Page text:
NEW YORK • A disarmament expert from Argentina has been appointed to head an independent panel tasked with determining who is behind chemical weapon attacks in Syria.
Ms Virginia Gamba, who has been the director of the United Nations disarmament office for the past two years, will work with two deputies during the one-year mission to assign responsibility for the use of the banned deadly agents, the UN said on Tuesday. The three-person panel will work with The Hague-based Organisation for the Prohibition of Chemical Weapons (OPCW).
Ms Gamba has been working on disarmament issues for more than 30 years, including with think-tanks and two previous missions on chemical weapons in Syria, UN Secretary-General Ban Ki Moon's spokesman Stephane Dujarric said.
Mr Ban also intends to appoint Mr Adrian Neritani of Albania and Mr Eberhard Schanze of Germany to the panel, Mr Dujarric added.
The UN Security Council unanimously adopted a resolution last month setting up the joint investigation, in a rare display of unity over how to address the four-year war.
After some delay over Russia's reservations about the panel's mandate, the mission received the final go-ahead from the council last week.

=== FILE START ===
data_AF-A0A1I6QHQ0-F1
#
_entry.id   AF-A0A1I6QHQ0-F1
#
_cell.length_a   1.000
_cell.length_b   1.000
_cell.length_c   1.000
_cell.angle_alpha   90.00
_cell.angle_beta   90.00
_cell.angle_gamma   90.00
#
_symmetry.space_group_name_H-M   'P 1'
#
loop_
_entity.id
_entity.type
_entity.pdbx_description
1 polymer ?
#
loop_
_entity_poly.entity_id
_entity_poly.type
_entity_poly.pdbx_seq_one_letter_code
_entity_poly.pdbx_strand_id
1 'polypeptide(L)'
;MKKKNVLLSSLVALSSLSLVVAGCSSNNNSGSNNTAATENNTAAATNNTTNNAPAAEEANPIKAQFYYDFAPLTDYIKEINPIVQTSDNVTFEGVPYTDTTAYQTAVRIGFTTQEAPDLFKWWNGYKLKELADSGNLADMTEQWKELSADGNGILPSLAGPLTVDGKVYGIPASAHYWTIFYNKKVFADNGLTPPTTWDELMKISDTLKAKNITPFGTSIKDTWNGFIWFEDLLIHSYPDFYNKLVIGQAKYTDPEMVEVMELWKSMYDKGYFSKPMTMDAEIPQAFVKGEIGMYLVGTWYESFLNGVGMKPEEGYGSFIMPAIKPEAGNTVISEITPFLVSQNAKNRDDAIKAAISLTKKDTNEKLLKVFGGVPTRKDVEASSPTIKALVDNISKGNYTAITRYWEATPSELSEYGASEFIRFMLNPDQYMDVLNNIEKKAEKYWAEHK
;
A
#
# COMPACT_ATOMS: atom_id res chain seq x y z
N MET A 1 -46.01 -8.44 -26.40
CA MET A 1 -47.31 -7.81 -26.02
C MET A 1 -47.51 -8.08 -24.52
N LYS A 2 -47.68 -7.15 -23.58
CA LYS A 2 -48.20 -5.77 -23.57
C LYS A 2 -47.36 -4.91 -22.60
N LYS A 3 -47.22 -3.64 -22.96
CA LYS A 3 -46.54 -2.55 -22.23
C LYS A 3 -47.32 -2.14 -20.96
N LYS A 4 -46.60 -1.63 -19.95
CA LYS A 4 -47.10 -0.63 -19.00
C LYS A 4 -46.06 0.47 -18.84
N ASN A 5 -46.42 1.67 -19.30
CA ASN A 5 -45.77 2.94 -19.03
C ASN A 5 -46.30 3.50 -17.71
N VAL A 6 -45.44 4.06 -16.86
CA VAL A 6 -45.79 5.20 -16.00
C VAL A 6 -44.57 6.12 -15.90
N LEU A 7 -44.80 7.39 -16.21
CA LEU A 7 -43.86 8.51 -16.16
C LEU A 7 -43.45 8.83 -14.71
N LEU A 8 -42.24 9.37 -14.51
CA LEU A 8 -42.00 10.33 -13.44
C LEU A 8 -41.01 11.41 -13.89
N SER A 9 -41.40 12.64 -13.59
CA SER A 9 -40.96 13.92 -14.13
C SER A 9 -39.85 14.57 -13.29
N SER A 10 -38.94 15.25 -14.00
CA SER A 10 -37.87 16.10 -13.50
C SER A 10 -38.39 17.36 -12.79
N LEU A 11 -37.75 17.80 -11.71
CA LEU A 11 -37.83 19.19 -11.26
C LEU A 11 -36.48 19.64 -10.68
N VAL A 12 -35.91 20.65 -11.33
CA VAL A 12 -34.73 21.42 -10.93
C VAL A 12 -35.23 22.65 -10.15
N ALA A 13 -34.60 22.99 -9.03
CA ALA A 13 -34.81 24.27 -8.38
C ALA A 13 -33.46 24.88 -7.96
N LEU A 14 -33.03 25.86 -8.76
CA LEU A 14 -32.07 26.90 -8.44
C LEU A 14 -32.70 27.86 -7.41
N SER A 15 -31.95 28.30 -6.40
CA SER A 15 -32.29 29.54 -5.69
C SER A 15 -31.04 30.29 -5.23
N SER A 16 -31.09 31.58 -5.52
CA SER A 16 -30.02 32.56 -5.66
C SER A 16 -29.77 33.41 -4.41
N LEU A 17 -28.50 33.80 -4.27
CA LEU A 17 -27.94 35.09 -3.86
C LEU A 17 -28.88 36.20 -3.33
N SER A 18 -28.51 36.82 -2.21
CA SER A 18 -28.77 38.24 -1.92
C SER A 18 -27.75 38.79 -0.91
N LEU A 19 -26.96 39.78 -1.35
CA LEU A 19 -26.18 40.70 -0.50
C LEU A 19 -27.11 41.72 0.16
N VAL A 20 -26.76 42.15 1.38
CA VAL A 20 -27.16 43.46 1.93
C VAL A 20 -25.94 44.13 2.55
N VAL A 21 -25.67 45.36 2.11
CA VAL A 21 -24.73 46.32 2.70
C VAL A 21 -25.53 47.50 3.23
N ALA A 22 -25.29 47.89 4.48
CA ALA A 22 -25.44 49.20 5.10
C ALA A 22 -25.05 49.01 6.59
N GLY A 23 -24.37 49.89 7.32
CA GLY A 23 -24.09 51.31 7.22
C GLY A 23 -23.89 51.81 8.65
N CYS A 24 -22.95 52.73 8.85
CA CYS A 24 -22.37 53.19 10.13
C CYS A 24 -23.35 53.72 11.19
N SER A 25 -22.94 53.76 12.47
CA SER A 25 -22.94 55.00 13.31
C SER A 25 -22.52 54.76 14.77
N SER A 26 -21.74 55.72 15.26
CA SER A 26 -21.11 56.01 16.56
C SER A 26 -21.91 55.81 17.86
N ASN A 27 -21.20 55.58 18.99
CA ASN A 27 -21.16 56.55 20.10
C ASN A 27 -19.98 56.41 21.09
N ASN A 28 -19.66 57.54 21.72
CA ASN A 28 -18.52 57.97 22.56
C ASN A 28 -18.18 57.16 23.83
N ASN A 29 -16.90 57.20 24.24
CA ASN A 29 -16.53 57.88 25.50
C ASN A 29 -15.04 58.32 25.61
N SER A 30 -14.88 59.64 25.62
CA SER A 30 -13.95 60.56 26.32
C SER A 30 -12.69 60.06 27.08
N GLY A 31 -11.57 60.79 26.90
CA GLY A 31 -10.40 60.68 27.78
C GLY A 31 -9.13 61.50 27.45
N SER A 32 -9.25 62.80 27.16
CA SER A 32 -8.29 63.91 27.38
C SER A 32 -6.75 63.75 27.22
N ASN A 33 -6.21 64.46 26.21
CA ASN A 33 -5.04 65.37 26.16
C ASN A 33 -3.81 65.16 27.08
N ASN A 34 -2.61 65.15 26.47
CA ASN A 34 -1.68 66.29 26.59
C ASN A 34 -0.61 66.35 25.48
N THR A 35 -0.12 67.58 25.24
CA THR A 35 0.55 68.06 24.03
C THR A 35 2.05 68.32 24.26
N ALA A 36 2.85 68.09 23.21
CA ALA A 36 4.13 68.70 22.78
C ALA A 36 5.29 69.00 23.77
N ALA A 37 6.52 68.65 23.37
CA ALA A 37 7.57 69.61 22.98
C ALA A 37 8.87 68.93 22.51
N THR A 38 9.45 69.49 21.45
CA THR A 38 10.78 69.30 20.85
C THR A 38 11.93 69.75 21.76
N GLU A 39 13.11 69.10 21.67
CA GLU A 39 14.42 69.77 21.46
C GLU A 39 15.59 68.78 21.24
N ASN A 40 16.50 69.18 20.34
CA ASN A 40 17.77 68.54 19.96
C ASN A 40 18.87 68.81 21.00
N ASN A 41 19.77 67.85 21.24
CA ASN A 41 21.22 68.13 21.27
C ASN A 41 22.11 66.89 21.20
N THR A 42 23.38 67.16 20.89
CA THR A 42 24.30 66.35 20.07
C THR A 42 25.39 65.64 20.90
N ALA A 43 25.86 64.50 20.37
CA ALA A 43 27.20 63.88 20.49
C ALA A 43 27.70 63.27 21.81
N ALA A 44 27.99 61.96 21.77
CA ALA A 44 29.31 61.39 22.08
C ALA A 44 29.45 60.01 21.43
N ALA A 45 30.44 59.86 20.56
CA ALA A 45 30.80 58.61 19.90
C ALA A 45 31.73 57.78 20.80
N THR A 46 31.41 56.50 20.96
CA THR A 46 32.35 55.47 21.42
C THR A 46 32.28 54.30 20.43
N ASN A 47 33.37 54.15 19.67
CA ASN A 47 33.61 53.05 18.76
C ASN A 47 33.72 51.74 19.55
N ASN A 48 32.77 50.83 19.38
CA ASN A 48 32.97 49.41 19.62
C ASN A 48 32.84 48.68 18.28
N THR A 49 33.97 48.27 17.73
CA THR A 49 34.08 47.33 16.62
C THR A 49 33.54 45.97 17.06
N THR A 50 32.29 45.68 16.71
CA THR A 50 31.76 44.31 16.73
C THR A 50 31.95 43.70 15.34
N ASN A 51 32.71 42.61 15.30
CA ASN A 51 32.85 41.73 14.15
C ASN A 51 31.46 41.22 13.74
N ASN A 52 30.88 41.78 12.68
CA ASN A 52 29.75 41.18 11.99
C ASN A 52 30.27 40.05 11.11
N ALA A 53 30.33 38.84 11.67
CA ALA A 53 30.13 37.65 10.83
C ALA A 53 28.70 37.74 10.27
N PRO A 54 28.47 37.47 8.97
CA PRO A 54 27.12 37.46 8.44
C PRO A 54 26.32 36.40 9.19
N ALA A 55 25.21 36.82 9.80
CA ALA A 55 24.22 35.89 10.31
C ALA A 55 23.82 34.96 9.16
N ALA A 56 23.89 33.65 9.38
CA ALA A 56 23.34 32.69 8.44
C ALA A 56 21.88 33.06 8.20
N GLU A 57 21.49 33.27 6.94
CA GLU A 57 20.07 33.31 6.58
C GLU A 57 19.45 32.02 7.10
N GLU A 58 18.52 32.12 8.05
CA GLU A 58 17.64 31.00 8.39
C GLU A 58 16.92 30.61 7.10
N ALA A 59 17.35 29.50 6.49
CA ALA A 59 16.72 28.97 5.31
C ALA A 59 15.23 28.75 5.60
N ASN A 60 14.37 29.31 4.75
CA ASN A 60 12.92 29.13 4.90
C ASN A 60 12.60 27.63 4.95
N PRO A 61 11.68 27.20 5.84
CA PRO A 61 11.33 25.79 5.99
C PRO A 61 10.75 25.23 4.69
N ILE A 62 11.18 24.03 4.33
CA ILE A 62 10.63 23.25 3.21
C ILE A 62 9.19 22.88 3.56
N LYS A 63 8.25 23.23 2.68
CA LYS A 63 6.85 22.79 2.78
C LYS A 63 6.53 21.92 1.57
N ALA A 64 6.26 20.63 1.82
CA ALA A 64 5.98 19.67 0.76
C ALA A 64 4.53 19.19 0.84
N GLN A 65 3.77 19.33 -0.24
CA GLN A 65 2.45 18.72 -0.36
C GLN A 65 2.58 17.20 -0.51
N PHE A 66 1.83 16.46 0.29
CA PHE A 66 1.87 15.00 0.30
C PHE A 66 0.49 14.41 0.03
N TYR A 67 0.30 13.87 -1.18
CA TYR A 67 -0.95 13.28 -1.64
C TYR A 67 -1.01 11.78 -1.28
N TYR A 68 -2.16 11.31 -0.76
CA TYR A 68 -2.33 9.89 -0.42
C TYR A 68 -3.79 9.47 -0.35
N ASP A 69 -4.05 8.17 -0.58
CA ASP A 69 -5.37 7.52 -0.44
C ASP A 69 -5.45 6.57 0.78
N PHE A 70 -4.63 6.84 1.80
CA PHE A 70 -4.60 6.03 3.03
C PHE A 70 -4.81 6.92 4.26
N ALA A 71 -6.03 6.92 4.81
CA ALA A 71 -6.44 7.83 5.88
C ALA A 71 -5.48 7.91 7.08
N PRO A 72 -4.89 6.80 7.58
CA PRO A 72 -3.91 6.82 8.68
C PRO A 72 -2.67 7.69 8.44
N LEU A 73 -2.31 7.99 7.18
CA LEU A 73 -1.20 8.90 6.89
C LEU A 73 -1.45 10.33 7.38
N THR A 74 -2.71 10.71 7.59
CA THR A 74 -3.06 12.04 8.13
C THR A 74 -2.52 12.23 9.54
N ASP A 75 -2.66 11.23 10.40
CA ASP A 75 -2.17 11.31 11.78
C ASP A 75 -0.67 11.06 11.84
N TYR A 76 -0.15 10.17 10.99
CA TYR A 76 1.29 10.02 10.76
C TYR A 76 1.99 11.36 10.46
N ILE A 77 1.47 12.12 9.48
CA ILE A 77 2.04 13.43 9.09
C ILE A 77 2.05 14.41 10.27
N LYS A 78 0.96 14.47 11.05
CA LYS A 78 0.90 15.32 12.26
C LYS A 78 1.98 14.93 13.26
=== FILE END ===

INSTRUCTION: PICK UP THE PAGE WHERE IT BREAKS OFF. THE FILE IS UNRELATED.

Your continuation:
Western governments hope the investigation will assign blame to specific individuals that could be used to prosecute them. Both Syria's government and rebels have denied using chemical weapons.
Syria agreed to destroy its chemical weapons in 2013 in an effort to avert US military strikes threatened over a sarin gas attack that killed hundreds of civilians. The OPCW has since found that chlorine has been "systematically and repeatedly" used as a weapon, though it is not mandated to lay blame.
Moscow, a key ally of President Bashar al-Assad, maintains there is no concrete proof that the attacks were carried out by regime forces.
And prospects for accountability appear remote. Russia and China have blocked UN Security Council referral of the Syrian conflict to the International Criminal Court.
Any sanctions would require a new resolution, which Russia could veto. AGENCE FRANCE-PRESSE, REUTERS